In the chapter on “parking by your failures,” Fisher tells of a woman who parked by a broken marriage and never recovered, a pastor who parked by a failed pastorate and left the ministry, a writer who parked by a rejection slip and never penned another word, and Christians who park by failures to live up to the Lord’s expectations and walk away from the church.
Garson Kanin, the playwright, said, “If you want to succeed, you must prepare to fail.” It seems to be one of the rules of success, that somewhere along the line you must fail. My own observation is that one learns far more from failure than he ever does from success.
The legendary author of Westerns, Louis L’Amour, collected several hundred rejection slips before making the first sale of a short story. In his later years, he would speak of the lessons he learned from all those failures. Had he been a success too early, he would have quit learning and growing. Each rejection made him try that much harder.
Someone has called failure “God’s back door to success.”
Everyone fails. Not only does God know that about us, but He made plans for our failures from the beginning. In Exodus 20 where He gives the 10 Commandments, immediately afterward He instructs Moses on the plans for altars. Altars are to be made of dirt or stone, He said, and not prettied up by the hammer and chisel. An altar is an ugly place, a place of death, where our sins are atoned for. I surmise that most people read that chapter and rush right on by without considering why God put those two instructions back to back. The juxtaposition of these two sections–the commandments and the altar–is fascinating. It means that God was building into the system a means for our forgiveness even from the first.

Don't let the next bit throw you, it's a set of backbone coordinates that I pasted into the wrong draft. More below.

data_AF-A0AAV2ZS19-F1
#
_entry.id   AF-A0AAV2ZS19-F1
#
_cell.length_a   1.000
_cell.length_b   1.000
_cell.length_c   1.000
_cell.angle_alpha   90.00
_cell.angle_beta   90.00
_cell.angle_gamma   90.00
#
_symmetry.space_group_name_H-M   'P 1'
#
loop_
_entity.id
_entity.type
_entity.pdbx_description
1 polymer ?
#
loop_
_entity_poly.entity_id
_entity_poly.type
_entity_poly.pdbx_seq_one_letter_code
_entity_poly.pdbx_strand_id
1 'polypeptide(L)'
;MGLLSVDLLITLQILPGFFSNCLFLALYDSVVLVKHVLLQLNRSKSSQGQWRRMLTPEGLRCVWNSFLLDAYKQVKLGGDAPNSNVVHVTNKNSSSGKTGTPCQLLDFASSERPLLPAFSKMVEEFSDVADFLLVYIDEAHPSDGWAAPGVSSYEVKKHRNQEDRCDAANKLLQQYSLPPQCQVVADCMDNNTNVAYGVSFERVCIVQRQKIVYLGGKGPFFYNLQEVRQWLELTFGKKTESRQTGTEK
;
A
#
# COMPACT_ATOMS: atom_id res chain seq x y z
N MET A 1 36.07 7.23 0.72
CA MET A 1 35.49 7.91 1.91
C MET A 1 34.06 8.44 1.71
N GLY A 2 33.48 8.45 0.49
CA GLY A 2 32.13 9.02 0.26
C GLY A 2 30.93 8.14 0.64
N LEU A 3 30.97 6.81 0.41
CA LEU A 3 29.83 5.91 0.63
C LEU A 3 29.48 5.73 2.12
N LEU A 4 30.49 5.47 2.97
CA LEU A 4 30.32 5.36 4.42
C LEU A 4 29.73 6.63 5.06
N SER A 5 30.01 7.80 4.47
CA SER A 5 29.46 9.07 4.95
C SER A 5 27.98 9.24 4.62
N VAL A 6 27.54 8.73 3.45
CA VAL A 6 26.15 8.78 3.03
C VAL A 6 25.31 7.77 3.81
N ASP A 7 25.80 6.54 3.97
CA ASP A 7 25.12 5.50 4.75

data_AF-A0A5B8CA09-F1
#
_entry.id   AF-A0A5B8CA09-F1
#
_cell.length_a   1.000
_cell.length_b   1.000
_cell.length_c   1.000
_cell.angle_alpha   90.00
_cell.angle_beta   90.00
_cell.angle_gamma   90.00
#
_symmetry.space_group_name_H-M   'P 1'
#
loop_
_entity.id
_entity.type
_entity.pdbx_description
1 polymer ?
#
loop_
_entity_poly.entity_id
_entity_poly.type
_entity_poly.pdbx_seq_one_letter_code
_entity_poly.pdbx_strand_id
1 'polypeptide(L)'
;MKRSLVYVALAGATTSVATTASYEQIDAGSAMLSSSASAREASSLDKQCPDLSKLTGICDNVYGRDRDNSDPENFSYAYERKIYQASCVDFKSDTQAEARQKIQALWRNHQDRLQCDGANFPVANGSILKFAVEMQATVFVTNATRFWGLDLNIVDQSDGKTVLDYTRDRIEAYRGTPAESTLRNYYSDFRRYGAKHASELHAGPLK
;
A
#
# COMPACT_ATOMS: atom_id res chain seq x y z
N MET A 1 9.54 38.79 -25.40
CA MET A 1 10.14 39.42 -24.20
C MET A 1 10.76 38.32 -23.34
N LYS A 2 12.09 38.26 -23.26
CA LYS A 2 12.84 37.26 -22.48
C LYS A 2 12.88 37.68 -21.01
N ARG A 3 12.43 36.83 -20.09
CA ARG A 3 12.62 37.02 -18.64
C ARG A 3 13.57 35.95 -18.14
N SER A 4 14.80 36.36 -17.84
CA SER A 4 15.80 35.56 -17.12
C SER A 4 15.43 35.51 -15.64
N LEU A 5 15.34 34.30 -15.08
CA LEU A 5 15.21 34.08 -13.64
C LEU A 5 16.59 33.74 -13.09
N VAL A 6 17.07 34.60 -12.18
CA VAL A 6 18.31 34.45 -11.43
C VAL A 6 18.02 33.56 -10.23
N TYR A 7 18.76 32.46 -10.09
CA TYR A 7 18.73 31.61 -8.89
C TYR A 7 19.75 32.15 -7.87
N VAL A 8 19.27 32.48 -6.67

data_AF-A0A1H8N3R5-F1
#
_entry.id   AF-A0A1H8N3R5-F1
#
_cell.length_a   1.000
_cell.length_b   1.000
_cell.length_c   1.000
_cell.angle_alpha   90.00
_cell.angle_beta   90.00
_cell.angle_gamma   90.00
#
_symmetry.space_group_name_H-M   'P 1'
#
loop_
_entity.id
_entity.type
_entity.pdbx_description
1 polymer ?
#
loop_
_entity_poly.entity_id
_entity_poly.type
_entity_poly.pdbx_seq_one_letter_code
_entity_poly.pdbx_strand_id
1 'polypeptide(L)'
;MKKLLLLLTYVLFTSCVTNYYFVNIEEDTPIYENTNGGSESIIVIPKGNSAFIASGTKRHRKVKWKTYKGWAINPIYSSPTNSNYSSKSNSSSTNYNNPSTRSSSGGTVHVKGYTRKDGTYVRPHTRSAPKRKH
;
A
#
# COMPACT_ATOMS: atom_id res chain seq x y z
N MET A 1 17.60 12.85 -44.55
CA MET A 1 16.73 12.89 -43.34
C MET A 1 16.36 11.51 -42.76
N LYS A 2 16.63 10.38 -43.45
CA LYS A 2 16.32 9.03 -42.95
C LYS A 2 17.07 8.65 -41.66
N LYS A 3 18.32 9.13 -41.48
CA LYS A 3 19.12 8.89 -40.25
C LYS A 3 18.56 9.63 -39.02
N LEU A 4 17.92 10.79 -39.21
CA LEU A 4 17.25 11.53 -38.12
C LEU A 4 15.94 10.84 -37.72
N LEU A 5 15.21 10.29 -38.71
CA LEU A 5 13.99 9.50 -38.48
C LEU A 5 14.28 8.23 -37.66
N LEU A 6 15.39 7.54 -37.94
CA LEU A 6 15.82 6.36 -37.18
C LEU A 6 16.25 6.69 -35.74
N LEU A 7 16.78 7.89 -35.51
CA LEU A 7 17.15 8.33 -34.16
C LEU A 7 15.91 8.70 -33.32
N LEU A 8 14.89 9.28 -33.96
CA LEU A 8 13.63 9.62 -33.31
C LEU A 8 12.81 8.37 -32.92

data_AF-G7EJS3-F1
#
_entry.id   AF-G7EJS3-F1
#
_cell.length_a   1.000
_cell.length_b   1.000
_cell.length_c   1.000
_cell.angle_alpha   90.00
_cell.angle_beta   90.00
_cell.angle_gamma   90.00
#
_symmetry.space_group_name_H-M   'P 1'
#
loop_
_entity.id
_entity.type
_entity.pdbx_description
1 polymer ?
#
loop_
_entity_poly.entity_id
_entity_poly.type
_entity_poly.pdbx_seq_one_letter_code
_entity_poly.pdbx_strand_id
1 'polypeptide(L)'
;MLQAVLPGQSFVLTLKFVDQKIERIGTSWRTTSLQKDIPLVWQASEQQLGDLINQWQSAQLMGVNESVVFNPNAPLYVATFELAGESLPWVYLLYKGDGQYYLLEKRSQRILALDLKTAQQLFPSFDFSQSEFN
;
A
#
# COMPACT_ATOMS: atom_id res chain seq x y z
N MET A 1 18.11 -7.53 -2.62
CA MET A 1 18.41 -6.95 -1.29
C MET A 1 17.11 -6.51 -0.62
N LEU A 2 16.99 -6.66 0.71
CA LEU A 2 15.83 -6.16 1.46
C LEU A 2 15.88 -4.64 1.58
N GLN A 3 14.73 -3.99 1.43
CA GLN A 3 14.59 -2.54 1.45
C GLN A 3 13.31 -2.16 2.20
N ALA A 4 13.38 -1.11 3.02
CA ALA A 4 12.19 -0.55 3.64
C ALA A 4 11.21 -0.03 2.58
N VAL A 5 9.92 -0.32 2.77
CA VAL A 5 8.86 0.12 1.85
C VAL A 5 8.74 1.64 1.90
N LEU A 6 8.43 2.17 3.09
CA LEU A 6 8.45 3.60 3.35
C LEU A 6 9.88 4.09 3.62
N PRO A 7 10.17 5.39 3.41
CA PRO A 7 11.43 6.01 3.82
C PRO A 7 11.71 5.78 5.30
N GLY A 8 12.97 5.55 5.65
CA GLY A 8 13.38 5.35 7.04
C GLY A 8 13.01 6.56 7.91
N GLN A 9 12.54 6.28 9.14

First, God gave us His standard. These are my commandments. “Do these and live.” Then, He gave us the way back into His fellowship when we failed. What a gracious Lord!
“He himself knows our frame,” David said in Psalm 103. “He is mindful that we are but dust.” God was under no illusions about what Jesus’ death on the cross was buying. He wasn’t getting much for the price He was paying and He knew it. “We are but dust.” “We have this treasure in earthen vessels,” Paul said in II Corinthians 4.
One wonders if the angels in Heaven shook their heads when they found out the cost that would have to be paid for the redemption of mankind. “Too much,” they might have said. “They’re not worth it.”
The love of God has always been a wonder, even back in the dim origins of time. Nothing speaks of the love of God better than His forgiveness for those who refuse to live according to His standards.
There are two extremes to be avoided in this matter, as there are with practically every other issue on the planet. We can be blase’ about our sins. “Well, I’m just human. We all sin.” A popular, but shallow spiritual song from the 1950s had this line in it: “Though it makes him sad to see the way we’ll live, He’ll always say, ‘I forgive.'” This goes by the name of cheap grace.
The other extreme is that God is so harsh, He would never forgive sin. Once we have failed Him, it’s all over and we can quit trying to please Him.
Both are lies from the father of lies, Satan himself.